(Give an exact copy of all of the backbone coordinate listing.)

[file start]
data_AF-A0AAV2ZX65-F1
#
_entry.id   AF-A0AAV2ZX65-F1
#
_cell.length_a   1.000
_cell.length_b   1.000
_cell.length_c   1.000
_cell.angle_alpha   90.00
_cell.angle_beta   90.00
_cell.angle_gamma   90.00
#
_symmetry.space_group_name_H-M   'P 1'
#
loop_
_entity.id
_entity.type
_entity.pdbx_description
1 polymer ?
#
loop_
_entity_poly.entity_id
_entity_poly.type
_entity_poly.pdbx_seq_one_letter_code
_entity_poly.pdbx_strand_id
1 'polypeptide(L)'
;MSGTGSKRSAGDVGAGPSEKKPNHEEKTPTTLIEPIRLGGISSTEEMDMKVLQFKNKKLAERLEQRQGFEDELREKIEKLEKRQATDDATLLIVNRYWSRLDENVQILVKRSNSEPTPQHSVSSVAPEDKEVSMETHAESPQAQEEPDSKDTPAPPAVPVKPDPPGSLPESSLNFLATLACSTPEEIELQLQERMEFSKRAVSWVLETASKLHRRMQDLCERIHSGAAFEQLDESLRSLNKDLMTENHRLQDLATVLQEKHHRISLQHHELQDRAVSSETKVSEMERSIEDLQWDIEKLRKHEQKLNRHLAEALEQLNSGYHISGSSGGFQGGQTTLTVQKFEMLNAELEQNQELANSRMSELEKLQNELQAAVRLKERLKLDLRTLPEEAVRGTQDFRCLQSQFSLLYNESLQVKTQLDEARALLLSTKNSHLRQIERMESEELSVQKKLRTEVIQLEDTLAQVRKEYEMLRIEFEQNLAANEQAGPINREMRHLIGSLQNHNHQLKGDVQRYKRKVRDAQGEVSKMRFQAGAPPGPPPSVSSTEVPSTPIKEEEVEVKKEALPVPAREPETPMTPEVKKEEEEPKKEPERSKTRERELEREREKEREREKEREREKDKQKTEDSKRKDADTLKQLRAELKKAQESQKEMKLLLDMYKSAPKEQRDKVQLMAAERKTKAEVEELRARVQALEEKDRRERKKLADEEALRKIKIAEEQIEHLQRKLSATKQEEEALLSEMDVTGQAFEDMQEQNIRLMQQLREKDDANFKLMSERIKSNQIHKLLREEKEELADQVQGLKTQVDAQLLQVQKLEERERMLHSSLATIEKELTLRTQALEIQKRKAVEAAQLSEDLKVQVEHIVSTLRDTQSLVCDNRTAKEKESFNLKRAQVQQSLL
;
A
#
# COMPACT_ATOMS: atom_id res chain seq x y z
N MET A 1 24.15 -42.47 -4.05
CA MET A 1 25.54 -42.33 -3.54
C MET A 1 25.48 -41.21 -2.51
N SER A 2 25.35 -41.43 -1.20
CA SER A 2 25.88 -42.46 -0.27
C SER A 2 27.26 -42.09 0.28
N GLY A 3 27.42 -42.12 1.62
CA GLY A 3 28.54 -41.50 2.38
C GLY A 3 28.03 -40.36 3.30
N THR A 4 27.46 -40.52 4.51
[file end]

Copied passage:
data_AF-A0AAV2ZX65-F1
#
_entry.id   AF-A0AAV2ZX65-F1
#
_cell.length_a   1.000
_cell.length_b   1.000
_cell.length_c   1.000
_cell.angle_alpha   90.00
_cell.angle_beta   90.00
_cell.angle_gamma   90.00
#
_symmetry.space_group_name_H-M   'P 1'
#
loop_
_entity.id
_entity.type
_entity.pdbx_description
1 polymer ?
#
loop_
_entity_poly.entity_id
_entity_poly.type
_entity_poly.pdbx_seq_one_letter_code
_entity_poly.pdbx_strand_id
1 'polypeptide(L)'
;MSGTGSKRSAGDVGAGPSEKKPNHEEKTPTTLIEPIRLGGISSTEEMDMKVLQFKNKKLAERLEQRQGFEDELREKIEKLEKRQATDDATLLIVNRYWSRLDENVQILVKRSNSEPTPQHSVSSVAPEDKEVSMETHAESPQAQEEPDSKDTPAPPAVPVKPDPPGSLPESSLNFLATLACSTPEEIELQLQERMEFSKRAVSWVLETASKLHRRMQDLCERIHSGAAFEQLDESLRSLNKDLMTENHRLQDLATVLQEKHHRISLQHHELQDRAVSSETKVSEMERSIEDLQWDIEKLRKHEQKLNRHLAEALEQLNSGYHISGSSGGFQGGQTTLTVQKFEMLNAELEQNQELANSRMSELEKLQNELQAAVRLKERLKLDLRTLPEEAVRGTQDFRCLQSQFSLLYNESLQVKTQLDEARALLLSTKNSHLRQIERMESEELSVQKKLRTEVIQLEDTLAQVRKEYEMLRIEFEQNLAANEQAGPINREMRHLIGSLQNHNHQLKGDVQRYKRKVRDAQGEVSKMRFQAGAPPGPPPSVSSTEVPSTPIKEEEVEVKKEALPVPAREPETPMTPEVKKEEEEPKKEPERSKTRERELEREREKEREREKEREREKDKQKTEDSKRKDADTLKQLRAELKKAQESQKEMKLLLDMYKSAPKEQRDKVQLMAAERKTKAEVEELRARVQALEEKDRRERKKLADEEALRKIKIAEEQIEHLQRKLSATKQEEEALLSEMDVTGQAFEDMQEQNIRLMQQLREKDDANFKLMSERIKSNQIHKLLREEKEELADQVQGLKTQVDAQLLQVQKLEERERMLHSSLATIEKELTLRTQALEIQKRKAVEAAQLSEDLKVQVEHIVSTLRDTQSLVCDNRTAKEKESFNLKRAQVQQSLL
;
A
#
# COMPACT_ATOMS: atom_id res chain seq x y z
N MET A 1 24.15 -42.47 -4.05
CA MET A 1 25.54 -42.33 -3.54
C MET A 1 25.48 -41.21 -2.51
N SER A 2 25.35 -41.43 -1.20
CA SER A 2 25.88 -42.46 -0.27
C SER A 2 27.26 -42.09 0.28
N GLY A 3 27.42 -42.12 1.62
CA GLY A 3 28.54 -41.50 2.38
C GLY A 3 28.03 -40.36 3.30
N THR A 4 27.46 -40.52 4.51